Will the US Impose New Sanctions on Turkey Over S-400 Purchase?

Published July 23rd, 2019 - 12:06 GMT
Russian S-400 missile defense system. (Shutterstock/ File Photo)
Russian S-400 missile defense system. (Shutterstock/ File Photo)
Highlights
Turkey Doubts US Will Impose Sanctions over its S-400 Purchase.

Turkey doubted on Monday that US President Donald Trump will impose sanctions against it over its purchase of the Russian S-400 missile defense system.

Foreign Minister Mevlut Cavusoglu warned however, that Turkey would retaliate if Washington resorts to such measures.

“If the United States portrays an adversarial attitude towards us, we will take retaliatory measures, as we’ve told them. This is not a threat or a bluff,” he said in an interview with broadcaster TGRT Haber.

“We are not a country that will bow down to those who show animosity towards Turkey,” he said, reiterating a threat of retaliation that Turkey made last month.

Cavusoglu added that he did not expect the US administration to take such action.

“Trump does not want to impose sanctions on Turkey and he frequently says that his administration and the previous US administration is also responsible for Turkey not being able to buy Patriot systems. This is true,” Cavusoglu said.

Turkey began receiving deliveries of the surface-to-air S-400 systems earlier this month, prompting the United States to begin removing the NATO ally from its F-35 stealth fighter program over security concerns.

Last week, the United States announced that it was beginning the process of removing Turkey from the program for the F-35 stealth jets, the most advanced aircraft in the US arsenal, which is used by NATO and other partner countries.

Turkey, like other partners in the F-35 program, was part of the manufacturing supply chain for the high-tech jet aircraft, producing some 900 parts. A US official said it would cost some $500 million to $600 million to shift F-35 manufacturing from Turkey.

Separately, the TASS news agency cited Sergei Chemezov, head of Russia’s Rostec state conglomerate, as saying that Russia and Turkey were in talks about the possibility of jointly manufacturing some components of Russia’s S-400 missile defense system in Turkey.

On Syria, Cavusoglu said that if a planned safe zone in northern Syria is not established, and if threats continue against Turkey, Ankara will launch a military operation east of the Euphrates River.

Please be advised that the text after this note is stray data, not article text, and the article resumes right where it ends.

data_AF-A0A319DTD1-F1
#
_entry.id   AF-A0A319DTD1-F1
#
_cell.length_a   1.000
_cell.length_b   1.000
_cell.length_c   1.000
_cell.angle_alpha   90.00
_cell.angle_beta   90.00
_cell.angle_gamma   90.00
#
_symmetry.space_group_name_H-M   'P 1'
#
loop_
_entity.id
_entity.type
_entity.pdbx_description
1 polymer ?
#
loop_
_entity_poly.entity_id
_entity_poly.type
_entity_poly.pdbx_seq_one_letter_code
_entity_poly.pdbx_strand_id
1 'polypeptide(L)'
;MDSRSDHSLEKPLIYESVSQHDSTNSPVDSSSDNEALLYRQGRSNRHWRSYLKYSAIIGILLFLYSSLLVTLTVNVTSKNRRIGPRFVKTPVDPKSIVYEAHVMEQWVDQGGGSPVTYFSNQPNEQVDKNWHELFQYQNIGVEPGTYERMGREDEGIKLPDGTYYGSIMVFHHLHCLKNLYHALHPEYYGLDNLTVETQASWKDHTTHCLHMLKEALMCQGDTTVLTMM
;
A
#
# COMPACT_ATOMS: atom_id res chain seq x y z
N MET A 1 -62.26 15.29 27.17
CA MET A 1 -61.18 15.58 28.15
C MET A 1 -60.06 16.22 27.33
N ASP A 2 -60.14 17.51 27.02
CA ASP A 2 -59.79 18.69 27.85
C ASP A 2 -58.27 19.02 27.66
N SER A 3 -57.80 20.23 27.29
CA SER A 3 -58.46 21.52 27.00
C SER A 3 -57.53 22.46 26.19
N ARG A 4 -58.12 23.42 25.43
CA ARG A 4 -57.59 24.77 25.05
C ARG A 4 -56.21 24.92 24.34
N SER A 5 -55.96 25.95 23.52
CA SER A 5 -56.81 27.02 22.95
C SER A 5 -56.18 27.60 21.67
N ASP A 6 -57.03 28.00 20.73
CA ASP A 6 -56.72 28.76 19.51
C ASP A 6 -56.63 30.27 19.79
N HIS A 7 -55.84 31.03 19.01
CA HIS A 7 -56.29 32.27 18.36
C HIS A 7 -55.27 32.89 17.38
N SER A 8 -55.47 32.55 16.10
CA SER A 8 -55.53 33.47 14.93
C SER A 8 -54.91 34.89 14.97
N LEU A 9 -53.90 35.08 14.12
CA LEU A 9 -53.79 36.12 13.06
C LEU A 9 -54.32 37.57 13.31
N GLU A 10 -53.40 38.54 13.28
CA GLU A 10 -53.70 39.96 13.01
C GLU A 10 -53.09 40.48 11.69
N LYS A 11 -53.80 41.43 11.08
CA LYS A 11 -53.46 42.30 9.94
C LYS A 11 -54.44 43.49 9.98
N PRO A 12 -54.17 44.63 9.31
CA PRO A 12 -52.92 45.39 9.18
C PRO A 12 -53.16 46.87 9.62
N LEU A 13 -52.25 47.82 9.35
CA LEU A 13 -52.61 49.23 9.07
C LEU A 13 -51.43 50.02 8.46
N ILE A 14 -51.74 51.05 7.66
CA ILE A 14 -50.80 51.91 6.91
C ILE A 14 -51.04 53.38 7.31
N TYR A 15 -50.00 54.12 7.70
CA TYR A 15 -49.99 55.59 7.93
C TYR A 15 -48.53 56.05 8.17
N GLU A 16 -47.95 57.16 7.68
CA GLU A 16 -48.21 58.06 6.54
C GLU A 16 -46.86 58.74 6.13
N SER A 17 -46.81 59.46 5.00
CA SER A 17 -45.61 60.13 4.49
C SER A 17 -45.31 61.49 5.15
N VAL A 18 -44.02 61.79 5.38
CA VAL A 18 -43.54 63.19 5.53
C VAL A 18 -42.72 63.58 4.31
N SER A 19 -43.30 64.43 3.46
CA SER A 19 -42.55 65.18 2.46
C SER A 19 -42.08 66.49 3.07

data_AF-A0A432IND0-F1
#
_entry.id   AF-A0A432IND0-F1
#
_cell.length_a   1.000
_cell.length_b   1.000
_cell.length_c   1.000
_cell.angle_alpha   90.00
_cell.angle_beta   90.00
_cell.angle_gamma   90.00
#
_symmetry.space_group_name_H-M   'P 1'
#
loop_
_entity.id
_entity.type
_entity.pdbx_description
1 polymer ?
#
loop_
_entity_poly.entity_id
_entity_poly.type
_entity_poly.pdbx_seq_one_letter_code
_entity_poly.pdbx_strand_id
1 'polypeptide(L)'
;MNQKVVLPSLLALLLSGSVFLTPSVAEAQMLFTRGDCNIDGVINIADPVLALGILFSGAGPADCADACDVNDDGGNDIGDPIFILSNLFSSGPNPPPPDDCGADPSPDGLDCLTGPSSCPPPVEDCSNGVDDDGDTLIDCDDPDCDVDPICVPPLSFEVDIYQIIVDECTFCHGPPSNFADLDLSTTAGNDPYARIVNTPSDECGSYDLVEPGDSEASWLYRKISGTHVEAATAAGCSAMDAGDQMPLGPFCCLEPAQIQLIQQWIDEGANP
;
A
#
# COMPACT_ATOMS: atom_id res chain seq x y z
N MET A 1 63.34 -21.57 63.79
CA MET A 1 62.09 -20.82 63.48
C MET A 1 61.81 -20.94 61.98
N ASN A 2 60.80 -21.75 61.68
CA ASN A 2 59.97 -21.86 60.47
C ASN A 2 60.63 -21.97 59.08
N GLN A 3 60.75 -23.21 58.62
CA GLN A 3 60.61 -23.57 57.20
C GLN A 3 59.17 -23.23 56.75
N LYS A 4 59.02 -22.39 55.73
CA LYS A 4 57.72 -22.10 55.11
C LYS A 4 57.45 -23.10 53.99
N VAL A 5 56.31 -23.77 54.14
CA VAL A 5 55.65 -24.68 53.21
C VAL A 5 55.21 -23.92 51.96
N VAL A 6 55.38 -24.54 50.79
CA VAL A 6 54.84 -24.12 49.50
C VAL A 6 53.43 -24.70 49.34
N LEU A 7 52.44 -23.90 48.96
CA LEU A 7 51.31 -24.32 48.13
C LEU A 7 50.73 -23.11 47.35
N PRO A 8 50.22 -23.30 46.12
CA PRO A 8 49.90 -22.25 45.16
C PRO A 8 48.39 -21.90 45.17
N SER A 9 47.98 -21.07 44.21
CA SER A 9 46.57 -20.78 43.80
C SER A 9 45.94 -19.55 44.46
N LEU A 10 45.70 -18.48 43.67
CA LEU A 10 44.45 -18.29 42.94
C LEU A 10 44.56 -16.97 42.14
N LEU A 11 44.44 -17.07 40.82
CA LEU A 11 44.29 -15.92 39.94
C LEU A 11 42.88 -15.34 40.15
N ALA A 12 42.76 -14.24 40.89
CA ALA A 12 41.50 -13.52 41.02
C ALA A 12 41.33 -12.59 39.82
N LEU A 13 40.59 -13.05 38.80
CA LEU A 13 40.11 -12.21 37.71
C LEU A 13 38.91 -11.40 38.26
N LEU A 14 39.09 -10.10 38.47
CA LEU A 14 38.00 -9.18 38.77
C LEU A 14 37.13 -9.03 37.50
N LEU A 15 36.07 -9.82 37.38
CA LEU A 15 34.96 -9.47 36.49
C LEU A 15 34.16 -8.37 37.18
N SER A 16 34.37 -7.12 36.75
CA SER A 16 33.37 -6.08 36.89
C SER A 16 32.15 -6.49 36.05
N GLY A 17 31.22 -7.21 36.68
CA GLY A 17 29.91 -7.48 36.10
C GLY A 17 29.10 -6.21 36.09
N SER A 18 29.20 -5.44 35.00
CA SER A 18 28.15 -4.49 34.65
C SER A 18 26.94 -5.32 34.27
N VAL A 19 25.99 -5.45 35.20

Turkey has been in talks with the US over the establishment of a safe zone across its border in northeast Syria, where Washington supports the Kurdish People’s Protection Units (YPG). Ankara sees the YPG as a terrorist organization.

Cavusoglu also said he hopes an agreement will be reached after talks on Monday with US special envoy for Syria James Jeffrey, who is visiting Turkey.

Ankara wants YPG fighters to withdraw from the border area, while Washington wants guarantees that its Kurdish-led allies in the campaign to defeat ISIS in Syria will not be harmed.

Cavusoglu said on Monday that talks with the United States on the safe zone have slowed, adding that Turkey had told Washington that it should not use the fighting in Syria’s northwestern Idlib province as a pretext for disregarding the proposed safe zone further east.

He repeated Turkey’s frustration that a deal with the United States for the withdrawal of YPG forces from the town of Manbij had still not been implemented, more than a year after it was agreed, and warned that Turkey will act unilaterally if talks on the safe zone stall.

“If the safe zone is not established and threats towards our country continue, we will launch the operation in the east of the Euphrates,” he said.

“The Americans sent Jeffrey and said there were new proposals in the talks that will start today. We hope an agreement can be reached on this. Concrete steps are needed on this now.”

This article has been adapted from its original source.


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